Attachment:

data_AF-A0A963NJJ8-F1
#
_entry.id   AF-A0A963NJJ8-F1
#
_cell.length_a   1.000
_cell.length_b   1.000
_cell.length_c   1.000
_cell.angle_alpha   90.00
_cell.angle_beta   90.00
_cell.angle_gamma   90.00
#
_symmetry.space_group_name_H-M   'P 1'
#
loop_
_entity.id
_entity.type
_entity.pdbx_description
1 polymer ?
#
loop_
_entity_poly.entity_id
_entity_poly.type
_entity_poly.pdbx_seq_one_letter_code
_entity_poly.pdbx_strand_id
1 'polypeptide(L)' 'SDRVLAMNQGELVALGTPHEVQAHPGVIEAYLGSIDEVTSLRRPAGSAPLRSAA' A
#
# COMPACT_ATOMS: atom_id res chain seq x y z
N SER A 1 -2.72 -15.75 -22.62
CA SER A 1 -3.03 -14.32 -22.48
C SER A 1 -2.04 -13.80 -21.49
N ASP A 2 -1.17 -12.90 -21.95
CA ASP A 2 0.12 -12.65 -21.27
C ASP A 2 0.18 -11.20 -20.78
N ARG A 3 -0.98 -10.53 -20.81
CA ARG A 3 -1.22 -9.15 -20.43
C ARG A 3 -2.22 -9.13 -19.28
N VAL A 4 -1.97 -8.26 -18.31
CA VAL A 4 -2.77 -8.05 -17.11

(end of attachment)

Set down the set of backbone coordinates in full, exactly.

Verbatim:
data_AF-A0A963NJJ8-F1
#
_entry.id   AF-A0A963NJJ8-F1
#
_cell.length_a   1.000
_cell.length_b   1.000
_cell.length_c   1.000
_cell.angle_alpha   90.00
_cell.angle_beta   90.00
_cell.angle_gamma   90.00
#
_symmetry.space_group_name_H-M   'P 1'
#
loop_
_entity.id
_entity.type
_entity.pdbx_description
1 polymer ?
#
loop_
_entity_poly.entity_id
_entity_poly.type
_entity_poly.pdbx_seq_one_letter_code
_entity_poly.pdbx_strand_id
1 'polypeptide(L)' 'SDRVLAMNQGELVALGTPHEVQAHPGVIEAYLGSIDEVTSLRRPAGSAPLRSAA' A
#
# COMPACT_ATOMS: atom_id res chain seq x y z
N SER A 1 -2.72 -15.75 -22.62
CA SER A 1 -3.03 -14.32 -22.48
C SER A 1 -2.04 -13.80 -21.49
N ASP A 2 -1.17 -12.90 -21.95
CA ASP A 2 0.12 -12.65 -21.27
C ASP A 2 0.18 -11.20 -20.78
N ARG A 3 -0.98 -10.53 -20.81
CA ARG A 3 -1.22 -9.15 -20.43
C ARG A 3 -2.22 -9.13 -19.28
N VAL A 4 -1.97 -8.26 -18.31
CA VAL A 4 -2.77 -8.05 -17.11